A comic book hero with a real-life agenda
India’s women face very real challenges but, says Kieran Yates, they are taking inspiration from a fantasy figure fighting for her rights and identity.
Priya’s Shakti is not what you might expect from a female superhero comic. Here, in glorious technicolor, you are confronted with the dark and light realities of the female experience in modern India. These are grim tales of sexual violence and acid attacks against women and a goddess righting wrongs.
The free-to-download comic book series, launched in 2014, has made global headlines, and is recognised by UN Women as a Gender Equality Champion through bringing together women’s rights, protest and ancestral memory. Its stories are rooted in contemporary India; the first comic, Priya’s Shakti, tackles sexual violence, while the second, Priya’s Mirror, sees the heroine joining forces with acid attack survivors to take on the demon King Ahankar.
Vivid pages are filled with tales designed to make you feel uncomfortable, uplifted and educated. The story takes on a life of its own off the page, too. Priya and her tiger feature on murals across cities and villages. Augmented reality events and exhibitions, at which fans can use smartphones to add a layer of graphics to a real-world view, help unlock a number of interactive story elements.
For Mumbai-based co-writer Paromita Vohra, who works alongside artist Dan Goldman, co-producer Shubhra Prakash and co-creator Ram Devineni, Priya’s Shakti is rooted in the real-world experiences of many women in India.
Vohra cites the horrific gang-rape and murder of Jyoti Singh Pandey in 2012, which made global headlines, but says that wasn’t the start. “It is important to remember that this is a long and ongoing conversation that is not only linked to the case of Pandey. The Indian feminist movement goes back to the 1800s and has affected many laws and social movements that have radically impacted women's empowerment – Priya’s Shakti is part of this. One of the important things that has happened with this conversation in the last few years is a stronger focus on sexual violence, molestation and harassment.”
The story of Priya, a girl who is raped, is difficult reading, and doesn’t shy away from what Vohra calls “toxic masculinity”. However, Vohra says, the comics are not simply about wreaking revenge. “Priya’s moving to break the cycle of violence, so our focus is not so much on revenge and justice as much as love and change. She wants to move away from the violence of patriarchy to the loving possibilities of a more equal world.”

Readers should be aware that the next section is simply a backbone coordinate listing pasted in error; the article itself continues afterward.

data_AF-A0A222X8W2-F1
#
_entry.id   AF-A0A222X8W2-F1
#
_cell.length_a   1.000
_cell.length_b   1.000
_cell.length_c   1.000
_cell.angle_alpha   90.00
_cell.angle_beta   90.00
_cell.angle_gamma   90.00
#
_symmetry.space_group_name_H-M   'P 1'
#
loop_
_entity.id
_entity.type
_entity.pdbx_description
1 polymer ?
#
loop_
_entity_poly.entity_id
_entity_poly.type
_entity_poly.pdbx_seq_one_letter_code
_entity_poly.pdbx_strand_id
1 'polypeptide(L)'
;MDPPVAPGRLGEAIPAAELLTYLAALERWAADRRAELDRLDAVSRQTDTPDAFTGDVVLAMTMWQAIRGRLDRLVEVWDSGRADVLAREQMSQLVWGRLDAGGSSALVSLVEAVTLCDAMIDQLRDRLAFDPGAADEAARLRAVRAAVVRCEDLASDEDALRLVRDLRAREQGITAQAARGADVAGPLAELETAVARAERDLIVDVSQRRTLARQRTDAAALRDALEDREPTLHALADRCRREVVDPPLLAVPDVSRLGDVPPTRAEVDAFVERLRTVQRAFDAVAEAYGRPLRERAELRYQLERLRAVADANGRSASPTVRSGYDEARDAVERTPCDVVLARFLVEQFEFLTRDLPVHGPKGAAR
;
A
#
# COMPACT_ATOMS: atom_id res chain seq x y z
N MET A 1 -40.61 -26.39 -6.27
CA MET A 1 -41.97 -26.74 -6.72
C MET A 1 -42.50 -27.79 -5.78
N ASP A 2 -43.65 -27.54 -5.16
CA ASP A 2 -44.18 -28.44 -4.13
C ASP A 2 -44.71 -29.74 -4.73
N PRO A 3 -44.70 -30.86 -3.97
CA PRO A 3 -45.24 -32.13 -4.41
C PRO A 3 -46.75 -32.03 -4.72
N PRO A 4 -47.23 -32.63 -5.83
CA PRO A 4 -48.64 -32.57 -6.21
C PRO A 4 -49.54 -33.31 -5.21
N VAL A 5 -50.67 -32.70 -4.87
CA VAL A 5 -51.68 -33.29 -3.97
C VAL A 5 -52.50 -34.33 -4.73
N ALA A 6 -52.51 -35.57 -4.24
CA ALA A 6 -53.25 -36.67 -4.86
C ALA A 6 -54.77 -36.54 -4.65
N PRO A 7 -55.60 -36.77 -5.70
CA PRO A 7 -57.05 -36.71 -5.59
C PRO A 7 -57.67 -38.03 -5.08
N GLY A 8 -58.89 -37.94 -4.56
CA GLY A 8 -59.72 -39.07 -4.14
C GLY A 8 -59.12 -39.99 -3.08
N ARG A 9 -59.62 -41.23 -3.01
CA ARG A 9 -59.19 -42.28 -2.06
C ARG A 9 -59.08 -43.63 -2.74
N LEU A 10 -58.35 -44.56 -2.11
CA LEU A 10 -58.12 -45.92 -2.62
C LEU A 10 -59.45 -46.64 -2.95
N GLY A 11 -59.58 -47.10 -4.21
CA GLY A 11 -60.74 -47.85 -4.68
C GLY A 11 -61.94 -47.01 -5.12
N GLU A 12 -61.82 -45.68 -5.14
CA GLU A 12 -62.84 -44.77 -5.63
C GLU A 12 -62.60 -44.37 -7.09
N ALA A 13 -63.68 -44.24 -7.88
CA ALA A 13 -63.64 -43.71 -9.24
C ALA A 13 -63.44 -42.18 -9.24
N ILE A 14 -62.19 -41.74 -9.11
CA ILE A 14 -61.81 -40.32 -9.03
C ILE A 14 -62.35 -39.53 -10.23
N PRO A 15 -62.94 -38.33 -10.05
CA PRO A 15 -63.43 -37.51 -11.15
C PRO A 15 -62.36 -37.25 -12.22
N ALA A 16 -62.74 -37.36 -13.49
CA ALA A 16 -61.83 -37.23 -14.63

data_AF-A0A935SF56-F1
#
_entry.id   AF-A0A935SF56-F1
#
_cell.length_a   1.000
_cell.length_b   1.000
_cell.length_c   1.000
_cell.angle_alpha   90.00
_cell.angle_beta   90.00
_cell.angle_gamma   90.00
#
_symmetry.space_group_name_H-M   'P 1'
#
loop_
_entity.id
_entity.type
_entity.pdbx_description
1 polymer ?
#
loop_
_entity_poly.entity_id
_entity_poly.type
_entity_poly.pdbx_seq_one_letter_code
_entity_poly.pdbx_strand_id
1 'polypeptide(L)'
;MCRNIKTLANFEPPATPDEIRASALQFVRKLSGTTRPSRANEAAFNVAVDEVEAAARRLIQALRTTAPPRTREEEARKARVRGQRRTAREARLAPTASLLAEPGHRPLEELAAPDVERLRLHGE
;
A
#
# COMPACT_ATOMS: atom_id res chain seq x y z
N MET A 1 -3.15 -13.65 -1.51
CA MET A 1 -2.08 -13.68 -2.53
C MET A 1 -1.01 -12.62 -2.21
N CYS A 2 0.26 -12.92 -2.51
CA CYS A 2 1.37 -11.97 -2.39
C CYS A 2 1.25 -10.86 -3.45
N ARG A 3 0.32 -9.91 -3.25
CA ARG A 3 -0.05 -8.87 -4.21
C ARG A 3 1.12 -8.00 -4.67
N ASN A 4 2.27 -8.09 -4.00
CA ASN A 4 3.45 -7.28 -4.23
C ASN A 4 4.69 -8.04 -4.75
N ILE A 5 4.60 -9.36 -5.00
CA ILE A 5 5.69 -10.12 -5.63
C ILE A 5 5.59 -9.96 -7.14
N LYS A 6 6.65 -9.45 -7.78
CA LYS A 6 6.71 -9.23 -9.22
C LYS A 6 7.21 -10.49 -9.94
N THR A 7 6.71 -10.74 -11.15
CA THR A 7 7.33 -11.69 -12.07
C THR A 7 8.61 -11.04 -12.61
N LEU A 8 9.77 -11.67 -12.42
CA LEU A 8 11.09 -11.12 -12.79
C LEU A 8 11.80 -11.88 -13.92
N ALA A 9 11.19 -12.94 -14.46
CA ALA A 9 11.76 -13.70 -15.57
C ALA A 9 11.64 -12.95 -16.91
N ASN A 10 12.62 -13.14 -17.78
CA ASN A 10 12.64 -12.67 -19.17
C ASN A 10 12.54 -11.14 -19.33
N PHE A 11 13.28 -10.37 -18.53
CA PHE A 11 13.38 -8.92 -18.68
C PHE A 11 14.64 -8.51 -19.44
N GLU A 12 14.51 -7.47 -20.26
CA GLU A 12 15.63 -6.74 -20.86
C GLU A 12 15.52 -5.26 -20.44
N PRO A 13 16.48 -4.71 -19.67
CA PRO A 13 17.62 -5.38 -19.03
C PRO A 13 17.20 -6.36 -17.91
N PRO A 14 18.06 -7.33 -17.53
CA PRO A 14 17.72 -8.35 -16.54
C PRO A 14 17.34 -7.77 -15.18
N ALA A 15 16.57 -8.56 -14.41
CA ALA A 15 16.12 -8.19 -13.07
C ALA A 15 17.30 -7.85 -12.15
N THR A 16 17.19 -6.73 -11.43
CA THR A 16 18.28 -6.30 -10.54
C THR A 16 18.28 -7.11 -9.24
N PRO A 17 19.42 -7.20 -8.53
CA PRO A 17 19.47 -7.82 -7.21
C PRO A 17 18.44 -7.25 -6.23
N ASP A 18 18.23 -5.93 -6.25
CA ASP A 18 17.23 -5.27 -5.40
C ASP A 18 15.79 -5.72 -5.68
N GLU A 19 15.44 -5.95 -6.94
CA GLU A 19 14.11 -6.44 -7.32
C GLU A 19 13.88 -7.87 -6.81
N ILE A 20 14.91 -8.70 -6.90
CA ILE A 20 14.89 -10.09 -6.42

Devineni stresses that men must be engaged in any discussions around gender violence, too.
He recalls being at the protests against patriarchal attitudes to women in Delhi following the Pandey case.“There was an enormous outcry in particular from young adults and teenagers – both women and men.
I knew then that the problem of sexual violence was not a legal issue; rather it was a cultural problem.
“At one of the protests, my colleague and I spoke to a Delhi police officer and asked him for his opinion on what had happened. The officer’s response was that ‘no good girl walks home at night’, implying that she probably deserved it, or provoked the attack. I knew then that the problem of sexual violence was not a legal issue; rather it was a cultural problem.”
And as someone who grew up reading the hugely popular Indian comic series Amar Chitra Katha, with their tales of gods and historical figures, as well as Batman and Superman, Devineni believes that comics and graphic novels are a powerful way of engaging young people of both sexes. “With Priya’s Shakti we draw on icons and imagery familiar to everyone in India but in a fresh and original way,” he says.
Priya’s Shakti is also connecting with young people through workshops and outreach programmes with schools. One after-school programme, delivered across schools in Delhi, gives the comic book to teenagers to stimulate discussions around gender, patriarchy and violence. Priya’s Shakti has already struck a nerve with millennials, too. On social media the hashtags #IStandWithPriya and #TheLastMask have proved popular, prompting conversations about acid attacks and promoting female solidarity.
Priya’s Shakti is an emblem of female power that knowingly plays to the Indian consciousness. It is no coincidence that Priya sits on a tiger in the same way that the warrior goddess Durga does. While words like rape and assault continue to feel like taboos, Priya as a female superhero deftly reworks attitudes towards women. The idea is simple and effective – if Priya can reclaim her power sat upon her tiger, then perhaps so can we.
VSO India seeks to help women in the country find jobs to increase their financial and personal freedom through its Aaghaaz project. In partnership with telecoms company Bharti Infratel, the Aaghaaz (meaning “new beginning”) project has supported 1,000 Indian women from slum areas, 70% of whom have since found employment.
To mark Menstrual Hygiene Day 2017, VSO volunteers in Rajasthan were busy spreading myth-busting information about periods, with the help of the graphic comic Nimrit’s Story: